The trade deficit narrowed while employers sought even more workers. Here are the five things we learned from U.S. economic data released during the week ending June 8.
A small rise in exports leads to a smaller trade deficit in April. The Census Bureau and Bureau of Economic Analysis find exports grew by $0.6 billion during the month to $211.2 billion (+9.9 percent versus April 2016) while imports contracted by $0.4 billion to $257.4 billion (+8.0 percent versus April 2016). As a result, the trade deficit narrowed to its lowest level since last September at -$46.2 billion. The goods deficit shrank by $1.0 billion to -$66.3 billion while the services surplus essentially held steady at +$22.1 billion. The latter was pushed up by a $0.3 billion gain in exported goods (led by industrial supplies, food/beverages) and a $0.7 billion drop in imported goods (driven by a $2.8 billion decline for consumer goods and a $0.9 billion drop for automobiles). The U.S. had its largest goods deficits with China (-$30.8 billion), European Union (-$13.2 billion), Mexico (-$6.0 billion), Japan (-$5.9 billion), and Germany (-$5.6 billion).
There were more job openings in April than the number of people unemployed. The Bureau of Labor Statistics reports that there were a seasonally adjusted 6.698 million job openings at the end of April, up 65,000 for the month, 9.7 percent from a year earlier, and the most in the 17+ year history of the data series. Further, there were more job openings at the end of the more than that were people unemployed (6.346 million). The number of private sector job openings has grown 10.0 percent over the past year to 6.117 million, with large 12-month comparables for transportation/warehousing (+46.2 percent), professional/business services (+22.9 percent), retail (+22.5 percent), manufacturing (+20.9 percent), and leisure/hospitality (+11.0 percent). Employers hired 5.578 million workers during the month, up 92,000 from March and 6.8 percent from a year earlier, with private sector hiring also rising 6.8 percent from April 2017 levels. 5.408 million people left their jobs during April, up 86,000 for the month and 5.8 percent from a year earlier. This number includes 3.387 million people who had voluntarily quit their jobs (+1.4 percent versus April 2017).
The service sector grew even hotter in May. The Institute for Supply Management’s NMI jumped by 1.8 points during the month to a seasonally adjusted reading of 58.6. This was the 100th straight month in which the measure has been above a reading of 50.0, indicative of an expanding service sector. All four components of the NMI improved from their April readings: supplier deliveries (+4.0), business activity/production (+2.2), new orders (+0.5), and employment (+0.5). Fourteen of 18 tracked service sector industries expanded during May, led by wholesale trade, mining, and real estate. The press release expressed optimism among survey respondents, but also noted some “concerns about the uncertainty surrounding tariffs, trade agreements and the impact on cost of goods sold.”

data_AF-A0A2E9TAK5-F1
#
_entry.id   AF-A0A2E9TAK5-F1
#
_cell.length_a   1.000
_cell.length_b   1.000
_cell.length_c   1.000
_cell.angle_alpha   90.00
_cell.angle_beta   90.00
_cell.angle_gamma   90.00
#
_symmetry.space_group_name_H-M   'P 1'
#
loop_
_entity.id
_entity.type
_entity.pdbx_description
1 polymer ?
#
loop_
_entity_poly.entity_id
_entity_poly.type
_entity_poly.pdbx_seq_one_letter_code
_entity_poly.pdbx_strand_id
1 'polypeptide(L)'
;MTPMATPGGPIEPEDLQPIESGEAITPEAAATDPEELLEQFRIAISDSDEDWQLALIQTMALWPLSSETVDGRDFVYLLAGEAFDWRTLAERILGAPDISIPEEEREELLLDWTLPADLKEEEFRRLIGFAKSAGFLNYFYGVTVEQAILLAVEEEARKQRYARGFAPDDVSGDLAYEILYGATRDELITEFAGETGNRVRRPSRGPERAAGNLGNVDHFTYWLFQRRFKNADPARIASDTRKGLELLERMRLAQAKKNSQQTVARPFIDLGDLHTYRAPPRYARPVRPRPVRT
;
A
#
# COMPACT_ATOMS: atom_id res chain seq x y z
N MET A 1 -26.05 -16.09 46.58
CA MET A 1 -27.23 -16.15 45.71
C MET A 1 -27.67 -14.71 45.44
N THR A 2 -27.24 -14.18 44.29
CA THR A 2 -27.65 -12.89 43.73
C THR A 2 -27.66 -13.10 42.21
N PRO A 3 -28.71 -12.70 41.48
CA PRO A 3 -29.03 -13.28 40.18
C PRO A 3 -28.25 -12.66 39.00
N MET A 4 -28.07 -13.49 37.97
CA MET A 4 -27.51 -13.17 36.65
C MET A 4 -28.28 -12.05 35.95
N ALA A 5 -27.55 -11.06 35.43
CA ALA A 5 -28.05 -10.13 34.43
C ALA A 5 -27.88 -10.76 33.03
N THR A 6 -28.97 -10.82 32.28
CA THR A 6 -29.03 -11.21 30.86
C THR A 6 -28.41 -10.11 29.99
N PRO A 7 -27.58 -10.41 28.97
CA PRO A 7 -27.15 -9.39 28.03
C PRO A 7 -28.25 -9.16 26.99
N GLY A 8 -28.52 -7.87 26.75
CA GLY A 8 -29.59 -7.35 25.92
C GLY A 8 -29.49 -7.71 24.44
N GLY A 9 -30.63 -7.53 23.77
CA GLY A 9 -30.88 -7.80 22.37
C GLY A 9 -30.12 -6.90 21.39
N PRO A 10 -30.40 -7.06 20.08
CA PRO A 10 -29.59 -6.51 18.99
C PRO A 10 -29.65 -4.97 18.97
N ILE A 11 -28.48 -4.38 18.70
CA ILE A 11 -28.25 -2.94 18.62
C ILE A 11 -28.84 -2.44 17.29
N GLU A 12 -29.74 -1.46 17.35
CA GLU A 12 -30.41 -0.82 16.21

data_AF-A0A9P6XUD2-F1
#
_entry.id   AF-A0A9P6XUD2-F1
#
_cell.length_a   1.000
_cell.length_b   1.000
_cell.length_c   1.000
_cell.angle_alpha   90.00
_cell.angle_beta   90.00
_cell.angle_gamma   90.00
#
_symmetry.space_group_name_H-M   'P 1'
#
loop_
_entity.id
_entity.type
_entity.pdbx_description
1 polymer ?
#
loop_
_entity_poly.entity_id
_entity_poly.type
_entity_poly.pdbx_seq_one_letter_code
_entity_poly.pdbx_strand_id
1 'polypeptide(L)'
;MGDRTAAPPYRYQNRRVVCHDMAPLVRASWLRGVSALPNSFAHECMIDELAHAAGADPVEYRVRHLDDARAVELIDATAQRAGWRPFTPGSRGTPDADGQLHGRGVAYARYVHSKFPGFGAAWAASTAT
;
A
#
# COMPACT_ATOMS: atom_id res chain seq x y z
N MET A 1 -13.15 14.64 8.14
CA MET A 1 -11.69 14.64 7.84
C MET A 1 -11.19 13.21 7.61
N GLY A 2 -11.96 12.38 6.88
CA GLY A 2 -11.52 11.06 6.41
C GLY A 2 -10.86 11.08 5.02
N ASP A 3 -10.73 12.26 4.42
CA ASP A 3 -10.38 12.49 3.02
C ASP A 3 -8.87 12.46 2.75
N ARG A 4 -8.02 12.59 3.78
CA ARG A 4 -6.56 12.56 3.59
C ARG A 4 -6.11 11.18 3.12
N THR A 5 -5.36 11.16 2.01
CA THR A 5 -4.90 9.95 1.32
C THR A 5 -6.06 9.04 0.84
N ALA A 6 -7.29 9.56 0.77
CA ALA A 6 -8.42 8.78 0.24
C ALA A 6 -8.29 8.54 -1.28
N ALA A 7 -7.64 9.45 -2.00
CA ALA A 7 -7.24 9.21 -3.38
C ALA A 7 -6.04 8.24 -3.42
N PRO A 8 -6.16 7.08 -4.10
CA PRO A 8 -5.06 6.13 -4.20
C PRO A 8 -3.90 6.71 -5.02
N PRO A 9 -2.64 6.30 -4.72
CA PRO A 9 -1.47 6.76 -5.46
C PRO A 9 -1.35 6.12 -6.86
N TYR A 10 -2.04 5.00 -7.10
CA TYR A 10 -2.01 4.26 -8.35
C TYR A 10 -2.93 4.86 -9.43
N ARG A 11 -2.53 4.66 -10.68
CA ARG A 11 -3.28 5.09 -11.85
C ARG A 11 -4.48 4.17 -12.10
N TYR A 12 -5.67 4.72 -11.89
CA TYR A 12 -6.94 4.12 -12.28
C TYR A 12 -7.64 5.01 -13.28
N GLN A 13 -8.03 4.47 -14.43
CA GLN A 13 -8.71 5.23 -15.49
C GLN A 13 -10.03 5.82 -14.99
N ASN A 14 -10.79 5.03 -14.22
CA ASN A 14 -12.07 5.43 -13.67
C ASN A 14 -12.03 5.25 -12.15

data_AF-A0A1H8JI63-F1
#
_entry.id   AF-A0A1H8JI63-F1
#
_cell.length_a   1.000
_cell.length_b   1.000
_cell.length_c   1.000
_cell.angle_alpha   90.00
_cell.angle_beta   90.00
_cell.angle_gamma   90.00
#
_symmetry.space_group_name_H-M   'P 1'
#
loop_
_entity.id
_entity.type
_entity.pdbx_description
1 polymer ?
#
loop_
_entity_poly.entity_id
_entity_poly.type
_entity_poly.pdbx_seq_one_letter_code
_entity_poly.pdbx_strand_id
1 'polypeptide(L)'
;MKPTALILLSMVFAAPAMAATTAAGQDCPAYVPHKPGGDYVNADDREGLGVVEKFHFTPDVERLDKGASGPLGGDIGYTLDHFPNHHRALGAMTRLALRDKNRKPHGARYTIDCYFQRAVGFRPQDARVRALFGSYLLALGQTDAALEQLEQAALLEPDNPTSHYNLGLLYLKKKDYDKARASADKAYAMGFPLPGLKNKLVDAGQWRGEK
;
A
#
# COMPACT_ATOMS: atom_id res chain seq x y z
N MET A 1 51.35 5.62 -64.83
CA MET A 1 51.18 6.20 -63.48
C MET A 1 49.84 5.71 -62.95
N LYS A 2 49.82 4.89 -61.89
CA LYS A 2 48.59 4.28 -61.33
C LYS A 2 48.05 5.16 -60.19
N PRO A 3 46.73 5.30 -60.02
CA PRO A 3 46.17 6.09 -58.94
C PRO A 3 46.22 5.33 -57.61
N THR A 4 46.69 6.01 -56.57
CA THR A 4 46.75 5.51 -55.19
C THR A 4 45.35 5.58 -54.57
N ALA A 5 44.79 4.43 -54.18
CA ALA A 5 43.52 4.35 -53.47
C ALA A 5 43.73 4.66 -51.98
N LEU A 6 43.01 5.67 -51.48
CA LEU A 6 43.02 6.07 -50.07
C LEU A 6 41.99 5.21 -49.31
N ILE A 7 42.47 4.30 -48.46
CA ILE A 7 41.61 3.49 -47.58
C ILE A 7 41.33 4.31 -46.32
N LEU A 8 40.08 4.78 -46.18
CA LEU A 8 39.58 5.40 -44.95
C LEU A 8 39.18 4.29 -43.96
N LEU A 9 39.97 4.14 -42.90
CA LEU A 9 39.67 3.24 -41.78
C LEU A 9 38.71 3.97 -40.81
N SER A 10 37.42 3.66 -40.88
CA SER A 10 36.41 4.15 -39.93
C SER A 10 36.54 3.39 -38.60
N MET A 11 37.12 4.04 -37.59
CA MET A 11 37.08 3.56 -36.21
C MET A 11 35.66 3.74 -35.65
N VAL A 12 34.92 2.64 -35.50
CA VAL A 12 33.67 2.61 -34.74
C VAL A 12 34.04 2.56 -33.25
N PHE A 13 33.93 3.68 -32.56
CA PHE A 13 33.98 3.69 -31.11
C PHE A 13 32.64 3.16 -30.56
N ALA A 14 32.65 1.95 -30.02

Fewer aircraft orders slowed factory orders in April. New orders for manufactured goods dropped 0.8 percent during the month to a seasonally adjusted $494.5 billion. This represented a 7.4 percent year-to-year increase for the Bureau of Labor Statistics measure. As we saw with the durable goods report a few weeks ago, the headline number was dragged down by a 28.9 percent drop in orders for civilian aircraft. Net of all transportation goods, factory orders gained 0.4 percent during the month and has grown 7.4 percent over the past year. Increasing during the month were orders for furniture (+2.2 percent), fabricated metal products (+1.8 percent), electrical equipment/appliances (+1.8 percent), primary metals (+1.4 percent), computers/electronics (+1.1 percent), motor vehicles (+1.0 percent), and nondurable goods (+0.1 percent). Shipments eked out a less than $0.1 billion gain to $492.8 billion (+7.2 percent versus April 2018) with shipments net of transportation goods up 0.4 percent for the month. Unfilled orders grew for the fifth time in six months (+0.5 percent to $1.153 trillion) while inventories expanded for the 18th straight month (+0.3 percent to $666.9 billion).
Productivity was more feeble during Q1 than previously believed. The Bureau of Labor Statistics estimates nonfarm productivity grew 2.7 percent on a seasonally adjusted annualized basis (SAAR) while hours worked grew 2.3 percent during the first three months of 2018. As a result, nonfarm productivity 0.4 percent during the quarter, down from the 0.7 percent previously estimates and below the 1.3 percent productivity growth rate during the final three months of 2017. Nonfarm productivity has grown 1.3 percent over the past year. Manufacturing sector productivity contracted 1.2 percent during the quarter, sharply down from a 0.5 percent gain previously reported. Even with the pullback during Q1, manufacturing sector productivity has surged 4.3 percent over the past year.
Other U.S. economic data released over the past week:
– Jobless Claims (week ending June 2, 2018, First-Time Claims, seasonally adjusted): 222,000 (-1,000 vs. previous week; -12,000 vs. the same week a year earlier). 4-week moving average: 225,500 (-7.4% vs. the same week a year earlier).
– Consumer Credit (April 2018, Outstanding Consumer Credit Balances (net of mortgages and other real estate backed loans, seasonally adjusted): $3.883 trillion (+$9.2 billion vs. March 2018, +4.8% vs. April 2017).
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